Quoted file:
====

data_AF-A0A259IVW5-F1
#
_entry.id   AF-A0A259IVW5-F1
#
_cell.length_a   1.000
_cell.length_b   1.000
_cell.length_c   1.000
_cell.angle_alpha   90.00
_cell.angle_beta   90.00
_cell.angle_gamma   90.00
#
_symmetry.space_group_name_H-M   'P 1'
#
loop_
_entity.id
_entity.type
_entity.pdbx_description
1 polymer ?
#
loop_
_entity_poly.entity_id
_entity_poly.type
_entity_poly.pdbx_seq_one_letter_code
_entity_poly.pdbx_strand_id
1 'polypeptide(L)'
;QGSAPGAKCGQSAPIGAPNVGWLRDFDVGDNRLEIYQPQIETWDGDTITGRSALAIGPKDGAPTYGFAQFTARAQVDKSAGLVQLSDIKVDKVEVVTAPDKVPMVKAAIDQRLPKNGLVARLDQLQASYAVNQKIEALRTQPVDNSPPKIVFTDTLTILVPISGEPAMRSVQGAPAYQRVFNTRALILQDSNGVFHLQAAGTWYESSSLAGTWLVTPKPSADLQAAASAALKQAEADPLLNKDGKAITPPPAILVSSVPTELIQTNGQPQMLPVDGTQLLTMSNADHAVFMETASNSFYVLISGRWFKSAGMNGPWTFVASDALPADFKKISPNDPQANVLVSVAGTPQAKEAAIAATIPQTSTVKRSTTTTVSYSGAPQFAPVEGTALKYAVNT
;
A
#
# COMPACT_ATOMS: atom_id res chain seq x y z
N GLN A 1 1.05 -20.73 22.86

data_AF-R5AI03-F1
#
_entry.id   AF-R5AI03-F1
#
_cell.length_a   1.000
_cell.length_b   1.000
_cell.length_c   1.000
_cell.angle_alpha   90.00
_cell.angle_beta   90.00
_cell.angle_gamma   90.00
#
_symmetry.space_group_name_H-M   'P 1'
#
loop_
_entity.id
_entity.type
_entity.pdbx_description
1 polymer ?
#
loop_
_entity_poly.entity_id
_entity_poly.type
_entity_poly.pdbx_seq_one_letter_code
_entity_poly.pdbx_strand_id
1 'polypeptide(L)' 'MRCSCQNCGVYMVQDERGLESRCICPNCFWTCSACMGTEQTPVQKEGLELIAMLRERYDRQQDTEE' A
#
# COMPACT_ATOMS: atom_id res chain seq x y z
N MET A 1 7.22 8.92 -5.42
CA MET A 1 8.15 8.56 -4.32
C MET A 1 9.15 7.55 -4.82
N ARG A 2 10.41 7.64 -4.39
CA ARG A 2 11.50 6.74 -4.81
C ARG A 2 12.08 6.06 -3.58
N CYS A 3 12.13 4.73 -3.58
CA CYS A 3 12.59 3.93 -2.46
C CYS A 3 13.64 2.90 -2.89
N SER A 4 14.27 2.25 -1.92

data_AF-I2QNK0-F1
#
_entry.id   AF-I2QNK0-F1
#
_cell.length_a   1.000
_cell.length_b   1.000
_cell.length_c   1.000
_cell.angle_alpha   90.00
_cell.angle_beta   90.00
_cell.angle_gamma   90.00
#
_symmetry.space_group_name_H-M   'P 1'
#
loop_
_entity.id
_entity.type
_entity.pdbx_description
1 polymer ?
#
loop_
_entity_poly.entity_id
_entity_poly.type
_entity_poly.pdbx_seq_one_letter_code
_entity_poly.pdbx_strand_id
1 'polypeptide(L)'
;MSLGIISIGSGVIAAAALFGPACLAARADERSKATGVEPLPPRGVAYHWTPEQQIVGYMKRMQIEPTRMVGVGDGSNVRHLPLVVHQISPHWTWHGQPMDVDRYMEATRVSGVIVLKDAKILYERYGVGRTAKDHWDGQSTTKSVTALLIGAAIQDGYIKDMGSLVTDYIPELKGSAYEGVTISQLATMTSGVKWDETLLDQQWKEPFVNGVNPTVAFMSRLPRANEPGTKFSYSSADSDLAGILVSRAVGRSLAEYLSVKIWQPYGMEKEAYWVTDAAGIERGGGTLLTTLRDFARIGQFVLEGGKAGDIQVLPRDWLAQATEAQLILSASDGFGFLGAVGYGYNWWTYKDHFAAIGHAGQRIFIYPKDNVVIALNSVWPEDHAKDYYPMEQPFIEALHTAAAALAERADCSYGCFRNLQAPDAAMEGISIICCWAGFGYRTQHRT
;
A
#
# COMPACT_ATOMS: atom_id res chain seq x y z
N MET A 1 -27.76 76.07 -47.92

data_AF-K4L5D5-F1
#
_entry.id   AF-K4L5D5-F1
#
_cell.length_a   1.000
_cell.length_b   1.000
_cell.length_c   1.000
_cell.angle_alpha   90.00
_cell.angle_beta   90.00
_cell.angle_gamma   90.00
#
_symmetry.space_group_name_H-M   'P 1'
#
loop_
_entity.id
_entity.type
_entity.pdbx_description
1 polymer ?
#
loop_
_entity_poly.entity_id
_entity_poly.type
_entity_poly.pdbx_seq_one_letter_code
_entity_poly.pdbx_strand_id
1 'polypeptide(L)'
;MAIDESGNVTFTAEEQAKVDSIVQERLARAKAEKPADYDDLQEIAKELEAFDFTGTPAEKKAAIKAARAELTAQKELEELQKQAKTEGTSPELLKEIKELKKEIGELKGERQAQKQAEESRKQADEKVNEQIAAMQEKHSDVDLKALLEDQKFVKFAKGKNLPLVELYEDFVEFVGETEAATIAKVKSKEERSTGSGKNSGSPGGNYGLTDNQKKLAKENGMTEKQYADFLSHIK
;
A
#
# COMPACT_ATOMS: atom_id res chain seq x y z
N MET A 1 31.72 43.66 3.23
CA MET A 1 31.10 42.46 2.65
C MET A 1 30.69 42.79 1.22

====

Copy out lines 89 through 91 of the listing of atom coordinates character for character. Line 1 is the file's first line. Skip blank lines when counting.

_entity_poly.entity_id
_entity_poly.type
_entity_poly.pdbx_seq_one_letter_code